The Value of Small Groups
When Wendy and Carl joined a couples’ “life group” at their church, they had no idea it would become their lifeline. Wendy was more excited than Carl about joining the group, meeting new friends, and building deeper community. Their last child had just moved out of the house, and Carl was focused on a recent promotion at work. Despite Carl’s hesitancy, Wendy and Carl quickly found in the group deeper friendships and a sense of community they had not expected. Most of the couples were also recent empty nesters. Carl enjoyed conversations with the other men about sports, business, and travel, as well as the deeper connection and interaction around the study. He was new to most of the biblical teachings, but he felt very accepted, and the discussions were interesting and practical. The relationships with great people made the learning environment even better. Wendy couldn’t get enough of her connection with several of the women in the small group and found she was scheduling coffee times with them and talking on the phone.
Then one day, they got the call no parent ever wants to get. Their young adult daughter had been in a terrible car crash near her university. Life changed that day for Carl and Wendy. I met them a year later. Their daughter was on a very long road to semi recovery, and all they could talk about was the incredible support they received from their small group. Carl told me, “It was our small group that carried us emotionally and spiritually through our toughest days, and we didn’t even know them a year before our daughter’s crash.”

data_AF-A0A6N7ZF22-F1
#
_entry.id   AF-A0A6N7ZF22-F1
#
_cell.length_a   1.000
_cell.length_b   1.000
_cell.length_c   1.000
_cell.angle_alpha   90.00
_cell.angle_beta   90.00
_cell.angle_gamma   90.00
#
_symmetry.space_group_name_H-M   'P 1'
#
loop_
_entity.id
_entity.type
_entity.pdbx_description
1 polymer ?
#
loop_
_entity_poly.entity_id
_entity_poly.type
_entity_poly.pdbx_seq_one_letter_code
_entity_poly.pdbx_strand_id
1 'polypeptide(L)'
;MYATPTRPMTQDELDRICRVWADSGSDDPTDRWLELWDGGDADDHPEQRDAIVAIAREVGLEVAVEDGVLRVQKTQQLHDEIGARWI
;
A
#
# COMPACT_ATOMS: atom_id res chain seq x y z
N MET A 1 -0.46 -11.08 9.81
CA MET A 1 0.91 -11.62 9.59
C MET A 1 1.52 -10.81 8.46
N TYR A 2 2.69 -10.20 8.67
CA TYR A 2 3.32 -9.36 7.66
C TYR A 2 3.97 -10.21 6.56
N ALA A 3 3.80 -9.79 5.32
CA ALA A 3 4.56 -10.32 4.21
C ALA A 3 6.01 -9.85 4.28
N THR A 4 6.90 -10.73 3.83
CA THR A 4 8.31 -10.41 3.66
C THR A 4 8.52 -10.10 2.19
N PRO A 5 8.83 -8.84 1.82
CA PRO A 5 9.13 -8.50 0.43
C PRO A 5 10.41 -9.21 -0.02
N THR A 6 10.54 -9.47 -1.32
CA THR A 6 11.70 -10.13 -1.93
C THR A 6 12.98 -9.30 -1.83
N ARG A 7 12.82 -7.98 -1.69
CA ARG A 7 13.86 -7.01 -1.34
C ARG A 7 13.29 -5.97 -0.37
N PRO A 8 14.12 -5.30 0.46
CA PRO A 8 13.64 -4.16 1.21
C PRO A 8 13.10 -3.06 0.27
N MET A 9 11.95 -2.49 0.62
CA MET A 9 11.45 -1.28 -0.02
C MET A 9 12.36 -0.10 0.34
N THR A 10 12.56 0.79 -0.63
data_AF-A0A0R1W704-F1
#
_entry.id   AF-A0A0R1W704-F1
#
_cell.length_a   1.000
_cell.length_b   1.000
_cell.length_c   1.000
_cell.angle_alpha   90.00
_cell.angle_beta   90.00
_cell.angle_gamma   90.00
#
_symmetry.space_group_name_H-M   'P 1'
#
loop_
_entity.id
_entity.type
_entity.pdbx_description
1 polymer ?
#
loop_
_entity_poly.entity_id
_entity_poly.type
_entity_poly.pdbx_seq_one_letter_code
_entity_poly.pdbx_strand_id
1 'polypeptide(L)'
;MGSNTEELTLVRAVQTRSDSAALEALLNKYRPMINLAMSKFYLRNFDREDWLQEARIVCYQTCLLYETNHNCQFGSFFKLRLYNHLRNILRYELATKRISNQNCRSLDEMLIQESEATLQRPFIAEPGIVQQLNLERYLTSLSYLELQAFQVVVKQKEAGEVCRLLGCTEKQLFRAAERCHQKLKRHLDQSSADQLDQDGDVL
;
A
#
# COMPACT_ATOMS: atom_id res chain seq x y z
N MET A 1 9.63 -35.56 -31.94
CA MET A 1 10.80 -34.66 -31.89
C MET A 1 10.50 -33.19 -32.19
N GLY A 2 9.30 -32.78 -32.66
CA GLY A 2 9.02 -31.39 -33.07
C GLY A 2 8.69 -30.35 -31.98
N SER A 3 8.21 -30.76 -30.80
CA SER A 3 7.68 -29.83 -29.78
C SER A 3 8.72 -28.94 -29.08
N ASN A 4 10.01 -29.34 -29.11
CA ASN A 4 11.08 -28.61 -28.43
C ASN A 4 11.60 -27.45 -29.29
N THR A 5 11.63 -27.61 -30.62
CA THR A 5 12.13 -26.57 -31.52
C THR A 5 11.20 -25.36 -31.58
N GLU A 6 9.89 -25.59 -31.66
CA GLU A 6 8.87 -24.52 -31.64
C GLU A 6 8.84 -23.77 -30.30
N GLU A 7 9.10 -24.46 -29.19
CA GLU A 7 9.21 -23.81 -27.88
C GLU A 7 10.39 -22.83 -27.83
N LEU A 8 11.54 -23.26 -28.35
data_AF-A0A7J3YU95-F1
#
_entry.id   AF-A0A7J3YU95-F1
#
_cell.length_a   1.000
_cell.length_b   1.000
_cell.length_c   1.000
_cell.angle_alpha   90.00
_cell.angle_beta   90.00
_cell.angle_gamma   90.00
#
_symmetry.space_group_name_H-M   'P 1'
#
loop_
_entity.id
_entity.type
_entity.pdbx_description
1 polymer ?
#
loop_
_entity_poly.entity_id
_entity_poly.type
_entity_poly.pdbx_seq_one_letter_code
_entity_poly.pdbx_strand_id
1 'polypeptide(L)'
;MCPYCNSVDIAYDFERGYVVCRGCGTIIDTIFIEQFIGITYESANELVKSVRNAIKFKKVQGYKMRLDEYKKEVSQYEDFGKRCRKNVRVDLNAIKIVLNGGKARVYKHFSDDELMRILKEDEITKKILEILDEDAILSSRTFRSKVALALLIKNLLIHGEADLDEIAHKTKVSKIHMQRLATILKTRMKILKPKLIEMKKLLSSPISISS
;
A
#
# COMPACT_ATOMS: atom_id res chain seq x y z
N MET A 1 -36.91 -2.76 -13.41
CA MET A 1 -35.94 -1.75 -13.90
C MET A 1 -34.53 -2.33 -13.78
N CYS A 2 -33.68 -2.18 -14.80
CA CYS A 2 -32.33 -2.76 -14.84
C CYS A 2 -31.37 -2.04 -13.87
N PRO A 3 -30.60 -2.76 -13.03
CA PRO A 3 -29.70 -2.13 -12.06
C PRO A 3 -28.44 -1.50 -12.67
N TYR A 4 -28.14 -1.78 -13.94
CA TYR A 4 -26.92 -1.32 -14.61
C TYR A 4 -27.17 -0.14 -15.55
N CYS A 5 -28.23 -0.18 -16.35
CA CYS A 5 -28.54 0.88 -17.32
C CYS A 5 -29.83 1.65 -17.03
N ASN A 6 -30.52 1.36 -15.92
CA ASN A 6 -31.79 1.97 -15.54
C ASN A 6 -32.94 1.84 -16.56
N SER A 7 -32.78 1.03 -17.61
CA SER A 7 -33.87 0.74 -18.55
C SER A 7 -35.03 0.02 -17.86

Judith, a recently divorced single mom, told me the secret to her sanity during her toughest days were three decisions she had made: to stay busy, to build friendships in her small group, and to make a difference in others’ lives. Her small group of friends weekly volunteered to make a difference with an effort called Singles Against Cancer. Their common goal to fight cancer drew this small group of friends together in a big way.
Most of the time, you find powerful connection and community in a small group. Small groups create deeper friendships, produce maximum participation, provide flexible learning experiences, and for many people, form a sort of extended family. Cathy and I are huge believers in small groups. Here is our list of benefits: community, connection, opportunities to give and receive advice, encouragement, deeper and more flexible experiential learning, fun, networking, role models, deeper friendships, and extended family. If it sounds like I’m trying to sell you on joining a small group that works for you, I am.
It wasn’t that long ago that people grew up in villages and small towns. For good and for bad, the small town or village was a source of community and connection. As people moved away from their villages, later in life they realized they still needed one. No one needs to go through the empty-nest season alone. Is it time for you to recreate your village?